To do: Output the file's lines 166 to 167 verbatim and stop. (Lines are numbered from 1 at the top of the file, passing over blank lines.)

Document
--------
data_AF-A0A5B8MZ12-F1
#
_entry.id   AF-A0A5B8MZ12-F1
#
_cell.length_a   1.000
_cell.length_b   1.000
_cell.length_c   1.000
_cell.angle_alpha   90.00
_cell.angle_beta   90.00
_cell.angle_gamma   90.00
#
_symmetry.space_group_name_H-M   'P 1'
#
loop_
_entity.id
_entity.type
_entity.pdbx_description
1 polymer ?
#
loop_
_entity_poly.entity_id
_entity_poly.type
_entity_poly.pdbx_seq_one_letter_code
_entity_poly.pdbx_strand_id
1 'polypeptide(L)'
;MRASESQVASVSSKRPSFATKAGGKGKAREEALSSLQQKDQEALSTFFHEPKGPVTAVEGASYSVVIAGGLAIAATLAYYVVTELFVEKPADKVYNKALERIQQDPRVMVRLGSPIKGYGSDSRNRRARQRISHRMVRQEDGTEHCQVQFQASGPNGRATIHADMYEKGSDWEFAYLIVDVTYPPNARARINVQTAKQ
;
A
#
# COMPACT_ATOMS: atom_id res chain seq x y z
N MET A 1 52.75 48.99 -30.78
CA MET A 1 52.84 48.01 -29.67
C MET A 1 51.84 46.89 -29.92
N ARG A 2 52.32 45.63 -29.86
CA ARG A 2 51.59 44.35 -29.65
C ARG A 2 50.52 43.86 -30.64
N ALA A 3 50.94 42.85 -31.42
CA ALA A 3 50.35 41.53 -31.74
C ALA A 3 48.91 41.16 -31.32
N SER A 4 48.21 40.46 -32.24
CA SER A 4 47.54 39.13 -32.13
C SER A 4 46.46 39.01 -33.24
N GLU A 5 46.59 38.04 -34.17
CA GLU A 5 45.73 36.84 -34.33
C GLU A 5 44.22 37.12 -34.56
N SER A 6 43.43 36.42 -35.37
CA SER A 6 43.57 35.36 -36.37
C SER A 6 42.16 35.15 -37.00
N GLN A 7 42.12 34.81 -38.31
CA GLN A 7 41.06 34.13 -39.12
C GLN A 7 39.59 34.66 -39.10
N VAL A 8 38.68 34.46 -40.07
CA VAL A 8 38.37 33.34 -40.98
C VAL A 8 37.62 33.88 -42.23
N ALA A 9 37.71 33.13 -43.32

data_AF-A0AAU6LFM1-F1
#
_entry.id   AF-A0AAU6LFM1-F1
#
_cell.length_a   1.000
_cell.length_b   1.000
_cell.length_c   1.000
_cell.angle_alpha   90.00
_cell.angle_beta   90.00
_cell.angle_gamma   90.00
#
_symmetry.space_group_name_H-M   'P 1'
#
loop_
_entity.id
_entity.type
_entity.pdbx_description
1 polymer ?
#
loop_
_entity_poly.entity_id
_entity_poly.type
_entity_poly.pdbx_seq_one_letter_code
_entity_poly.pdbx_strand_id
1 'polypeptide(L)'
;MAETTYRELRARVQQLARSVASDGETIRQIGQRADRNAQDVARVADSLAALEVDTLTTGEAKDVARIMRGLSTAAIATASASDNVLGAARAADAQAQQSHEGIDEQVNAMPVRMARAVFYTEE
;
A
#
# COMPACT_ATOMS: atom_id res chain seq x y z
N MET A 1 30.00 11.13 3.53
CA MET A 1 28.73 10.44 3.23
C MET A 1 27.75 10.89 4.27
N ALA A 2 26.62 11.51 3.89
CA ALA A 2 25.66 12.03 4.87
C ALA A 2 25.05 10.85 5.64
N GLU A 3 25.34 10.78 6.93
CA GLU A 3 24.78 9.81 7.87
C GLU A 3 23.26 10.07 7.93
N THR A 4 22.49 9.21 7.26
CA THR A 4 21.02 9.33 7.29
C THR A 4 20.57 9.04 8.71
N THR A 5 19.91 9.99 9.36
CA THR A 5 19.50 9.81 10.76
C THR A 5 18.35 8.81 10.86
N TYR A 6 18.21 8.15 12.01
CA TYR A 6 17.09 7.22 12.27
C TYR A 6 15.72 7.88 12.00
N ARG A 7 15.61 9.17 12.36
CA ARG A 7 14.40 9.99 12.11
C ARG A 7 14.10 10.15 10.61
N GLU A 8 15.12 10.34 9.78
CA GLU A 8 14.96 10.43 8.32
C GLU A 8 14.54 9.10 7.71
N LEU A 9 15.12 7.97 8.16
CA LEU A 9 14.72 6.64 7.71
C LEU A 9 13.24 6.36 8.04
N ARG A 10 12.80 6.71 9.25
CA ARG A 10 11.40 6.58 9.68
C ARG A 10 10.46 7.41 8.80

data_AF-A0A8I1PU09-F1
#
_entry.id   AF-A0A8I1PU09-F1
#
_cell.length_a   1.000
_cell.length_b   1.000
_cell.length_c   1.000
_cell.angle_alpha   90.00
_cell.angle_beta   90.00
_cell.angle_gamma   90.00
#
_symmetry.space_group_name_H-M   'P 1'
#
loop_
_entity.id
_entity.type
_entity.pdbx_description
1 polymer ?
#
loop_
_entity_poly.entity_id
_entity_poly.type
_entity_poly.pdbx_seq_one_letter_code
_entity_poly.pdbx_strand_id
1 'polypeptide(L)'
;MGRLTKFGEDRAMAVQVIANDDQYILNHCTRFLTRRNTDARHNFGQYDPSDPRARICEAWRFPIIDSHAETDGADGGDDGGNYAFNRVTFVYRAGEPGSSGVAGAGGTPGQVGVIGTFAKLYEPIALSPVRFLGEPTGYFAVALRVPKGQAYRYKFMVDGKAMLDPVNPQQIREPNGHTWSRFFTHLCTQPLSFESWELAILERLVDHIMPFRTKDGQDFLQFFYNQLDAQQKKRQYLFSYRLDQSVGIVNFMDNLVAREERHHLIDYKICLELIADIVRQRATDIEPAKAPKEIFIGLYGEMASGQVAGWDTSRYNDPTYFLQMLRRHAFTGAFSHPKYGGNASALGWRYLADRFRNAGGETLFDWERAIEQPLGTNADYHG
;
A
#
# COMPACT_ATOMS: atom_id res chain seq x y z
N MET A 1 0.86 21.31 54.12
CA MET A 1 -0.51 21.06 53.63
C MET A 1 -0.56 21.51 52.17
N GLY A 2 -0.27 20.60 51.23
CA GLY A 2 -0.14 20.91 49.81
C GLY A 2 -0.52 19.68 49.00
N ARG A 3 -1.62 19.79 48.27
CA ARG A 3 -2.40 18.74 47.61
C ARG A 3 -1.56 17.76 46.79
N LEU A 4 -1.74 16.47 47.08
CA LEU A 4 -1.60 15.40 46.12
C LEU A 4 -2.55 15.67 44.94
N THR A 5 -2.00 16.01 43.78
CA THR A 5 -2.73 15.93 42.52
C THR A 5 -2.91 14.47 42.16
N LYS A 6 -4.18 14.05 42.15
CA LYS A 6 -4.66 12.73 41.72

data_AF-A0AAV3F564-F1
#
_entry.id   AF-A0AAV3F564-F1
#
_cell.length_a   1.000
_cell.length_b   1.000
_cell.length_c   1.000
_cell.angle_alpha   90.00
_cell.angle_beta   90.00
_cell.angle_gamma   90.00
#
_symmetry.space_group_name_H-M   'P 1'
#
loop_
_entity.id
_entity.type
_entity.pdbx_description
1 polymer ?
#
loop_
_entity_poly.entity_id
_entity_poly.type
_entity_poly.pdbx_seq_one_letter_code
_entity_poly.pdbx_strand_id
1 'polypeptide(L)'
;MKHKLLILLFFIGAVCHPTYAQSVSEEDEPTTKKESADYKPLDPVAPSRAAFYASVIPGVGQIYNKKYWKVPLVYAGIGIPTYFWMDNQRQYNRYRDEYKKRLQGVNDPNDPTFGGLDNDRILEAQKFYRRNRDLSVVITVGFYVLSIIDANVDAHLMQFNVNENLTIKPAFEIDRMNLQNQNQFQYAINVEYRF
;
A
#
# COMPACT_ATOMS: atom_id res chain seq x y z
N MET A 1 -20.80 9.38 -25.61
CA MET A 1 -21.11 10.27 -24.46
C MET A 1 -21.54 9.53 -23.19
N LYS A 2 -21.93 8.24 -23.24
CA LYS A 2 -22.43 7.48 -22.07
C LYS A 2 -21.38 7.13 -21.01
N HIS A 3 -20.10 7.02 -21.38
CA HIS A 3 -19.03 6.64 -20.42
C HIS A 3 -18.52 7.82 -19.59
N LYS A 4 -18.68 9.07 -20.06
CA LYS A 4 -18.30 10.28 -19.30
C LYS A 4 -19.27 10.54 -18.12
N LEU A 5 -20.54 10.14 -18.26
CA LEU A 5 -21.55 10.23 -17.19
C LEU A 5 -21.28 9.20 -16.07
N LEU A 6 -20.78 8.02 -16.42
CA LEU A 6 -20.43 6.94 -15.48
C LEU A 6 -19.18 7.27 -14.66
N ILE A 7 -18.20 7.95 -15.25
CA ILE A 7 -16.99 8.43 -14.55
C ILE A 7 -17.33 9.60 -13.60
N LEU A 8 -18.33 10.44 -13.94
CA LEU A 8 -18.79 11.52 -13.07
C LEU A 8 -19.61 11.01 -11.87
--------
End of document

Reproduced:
#
_cell.length_a   1.000